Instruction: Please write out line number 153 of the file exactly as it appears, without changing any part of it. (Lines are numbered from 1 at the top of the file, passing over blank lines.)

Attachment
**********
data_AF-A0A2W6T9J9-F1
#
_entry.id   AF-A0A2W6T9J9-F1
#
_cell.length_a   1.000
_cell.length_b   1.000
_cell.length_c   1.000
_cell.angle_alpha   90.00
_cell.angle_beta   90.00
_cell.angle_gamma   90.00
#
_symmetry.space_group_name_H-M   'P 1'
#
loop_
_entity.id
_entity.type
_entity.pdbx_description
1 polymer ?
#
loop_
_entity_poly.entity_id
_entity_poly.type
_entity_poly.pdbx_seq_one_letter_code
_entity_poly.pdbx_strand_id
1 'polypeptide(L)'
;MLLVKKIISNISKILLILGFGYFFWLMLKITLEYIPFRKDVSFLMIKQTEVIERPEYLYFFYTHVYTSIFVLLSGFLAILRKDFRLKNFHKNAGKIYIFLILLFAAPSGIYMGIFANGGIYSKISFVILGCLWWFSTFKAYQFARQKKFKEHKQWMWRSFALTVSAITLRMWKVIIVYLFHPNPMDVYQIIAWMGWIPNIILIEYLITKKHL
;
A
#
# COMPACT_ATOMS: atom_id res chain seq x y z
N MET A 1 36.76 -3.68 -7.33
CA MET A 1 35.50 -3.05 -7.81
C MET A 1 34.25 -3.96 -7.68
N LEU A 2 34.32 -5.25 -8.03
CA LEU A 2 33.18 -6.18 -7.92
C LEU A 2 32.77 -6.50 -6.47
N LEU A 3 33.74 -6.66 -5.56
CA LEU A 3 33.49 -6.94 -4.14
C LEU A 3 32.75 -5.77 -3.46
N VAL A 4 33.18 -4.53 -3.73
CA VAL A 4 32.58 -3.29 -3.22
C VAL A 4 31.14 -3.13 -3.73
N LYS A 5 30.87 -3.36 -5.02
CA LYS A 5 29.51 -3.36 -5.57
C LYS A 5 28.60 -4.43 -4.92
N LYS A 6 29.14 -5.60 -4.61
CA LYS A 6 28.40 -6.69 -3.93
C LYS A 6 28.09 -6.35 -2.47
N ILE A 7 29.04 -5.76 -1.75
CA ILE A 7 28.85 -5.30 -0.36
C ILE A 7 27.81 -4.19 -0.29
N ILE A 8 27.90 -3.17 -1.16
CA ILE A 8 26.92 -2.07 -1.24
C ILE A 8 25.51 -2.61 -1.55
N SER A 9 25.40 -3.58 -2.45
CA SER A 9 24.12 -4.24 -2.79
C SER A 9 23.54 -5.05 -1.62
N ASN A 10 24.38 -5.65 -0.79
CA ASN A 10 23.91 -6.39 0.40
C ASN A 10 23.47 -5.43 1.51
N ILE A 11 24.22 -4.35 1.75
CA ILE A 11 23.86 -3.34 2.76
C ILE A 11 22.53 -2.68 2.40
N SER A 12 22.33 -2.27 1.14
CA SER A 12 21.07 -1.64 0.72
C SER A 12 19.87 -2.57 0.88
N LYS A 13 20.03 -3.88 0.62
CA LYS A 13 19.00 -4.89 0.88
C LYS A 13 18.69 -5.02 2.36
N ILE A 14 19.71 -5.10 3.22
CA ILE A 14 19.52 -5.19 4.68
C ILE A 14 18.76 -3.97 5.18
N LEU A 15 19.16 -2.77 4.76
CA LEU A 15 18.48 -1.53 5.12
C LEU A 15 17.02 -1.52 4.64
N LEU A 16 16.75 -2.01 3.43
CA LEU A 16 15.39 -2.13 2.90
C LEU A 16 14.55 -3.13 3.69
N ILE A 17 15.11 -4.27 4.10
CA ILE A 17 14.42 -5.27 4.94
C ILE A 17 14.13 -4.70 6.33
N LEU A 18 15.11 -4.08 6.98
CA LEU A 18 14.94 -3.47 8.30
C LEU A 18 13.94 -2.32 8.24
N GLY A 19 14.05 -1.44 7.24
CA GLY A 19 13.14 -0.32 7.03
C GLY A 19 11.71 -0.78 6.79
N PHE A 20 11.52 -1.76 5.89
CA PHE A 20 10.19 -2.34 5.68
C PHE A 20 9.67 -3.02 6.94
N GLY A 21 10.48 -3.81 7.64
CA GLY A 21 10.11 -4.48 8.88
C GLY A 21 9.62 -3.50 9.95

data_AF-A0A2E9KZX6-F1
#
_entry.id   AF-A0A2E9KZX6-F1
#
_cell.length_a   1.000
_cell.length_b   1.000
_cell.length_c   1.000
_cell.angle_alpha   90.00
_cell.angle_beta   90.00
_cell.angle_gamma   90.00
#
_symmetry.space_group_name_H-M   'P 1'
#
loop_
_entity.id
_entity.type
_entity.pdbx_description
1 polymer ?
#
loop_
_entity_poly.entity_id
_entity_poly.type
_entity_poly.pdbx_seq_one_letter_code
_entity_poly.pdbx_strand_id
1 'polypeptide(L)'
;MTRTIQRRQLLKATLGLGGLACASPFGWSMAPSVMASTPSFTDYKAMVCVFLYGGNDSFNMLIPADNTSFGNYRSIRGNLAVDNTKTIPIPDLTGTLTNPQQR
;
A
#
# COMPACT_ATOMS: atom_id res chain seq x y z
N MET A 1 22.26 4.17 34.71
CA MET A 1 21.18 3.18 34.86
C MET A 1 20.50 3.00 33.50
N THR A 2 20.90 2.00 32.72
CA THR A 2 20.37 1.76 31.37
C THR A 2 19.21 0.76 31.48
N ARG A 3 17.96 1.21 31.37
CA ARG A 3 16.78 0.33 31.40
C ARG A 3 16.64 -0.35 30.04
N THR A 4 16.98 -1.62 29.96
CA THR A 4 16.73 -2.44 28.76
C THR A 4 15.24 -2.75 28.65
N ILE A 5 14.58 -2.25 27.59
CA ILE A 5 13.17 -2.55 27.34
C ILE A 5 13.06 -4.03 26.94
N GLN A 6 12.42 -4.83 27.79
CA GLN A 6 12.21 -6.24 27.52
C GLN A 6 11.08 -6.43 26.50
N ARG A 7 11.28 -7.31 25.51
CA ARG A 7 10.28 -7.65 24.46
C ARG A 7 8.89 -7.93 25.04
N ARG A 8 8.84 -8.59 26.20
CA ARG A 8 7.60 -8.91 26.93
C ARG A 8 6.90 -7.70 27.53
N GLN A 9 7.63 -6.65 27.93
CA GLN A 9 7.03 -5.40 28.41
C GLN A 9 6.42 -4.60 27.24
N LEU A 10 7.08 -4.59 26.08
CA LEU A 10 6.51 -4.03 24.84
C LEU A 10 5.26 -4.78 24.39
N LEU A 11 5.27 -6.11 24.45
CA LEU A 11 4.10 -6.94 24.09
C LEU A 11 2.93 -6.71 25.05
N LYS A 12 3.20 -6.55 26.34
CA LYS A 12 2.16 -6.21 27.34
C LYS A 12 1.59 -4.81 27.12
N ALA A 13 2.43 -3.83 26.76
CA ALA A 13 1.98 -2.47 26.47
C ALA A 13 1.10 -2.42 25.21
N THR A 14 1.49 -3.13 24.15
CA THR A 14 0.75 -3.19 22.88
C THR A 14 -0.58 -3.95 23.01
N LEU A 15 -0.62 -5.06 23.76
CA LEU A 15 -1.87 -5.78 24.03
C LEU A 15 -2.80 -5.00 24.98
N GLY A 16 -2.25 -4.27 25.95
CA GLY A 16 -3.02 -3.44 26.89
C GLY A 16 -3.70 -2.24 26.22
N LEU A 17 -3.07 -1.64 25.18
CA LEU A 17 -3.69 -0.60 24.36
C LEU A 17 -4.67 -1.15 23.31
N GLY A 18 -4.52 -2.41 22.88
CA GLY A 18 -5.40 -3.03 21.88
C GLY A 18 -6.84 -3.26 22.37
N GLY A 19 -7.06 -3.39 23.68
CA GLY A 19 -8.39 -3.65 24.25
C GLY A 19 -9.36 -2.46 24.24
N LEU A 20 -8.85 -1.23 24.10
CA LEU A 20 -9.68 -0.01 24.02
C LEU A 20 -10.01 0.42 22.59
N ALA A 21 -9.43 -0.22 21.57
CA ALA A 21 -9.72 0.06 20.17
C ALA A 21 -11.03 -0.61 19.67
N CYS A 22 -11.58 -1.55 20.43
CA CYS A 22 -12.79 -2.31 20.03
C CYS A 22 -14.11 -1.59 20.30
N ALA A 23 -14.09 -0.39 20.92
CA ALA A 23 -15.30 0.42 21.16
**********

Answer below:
C LEU A 10 5.26 -4.78 24.39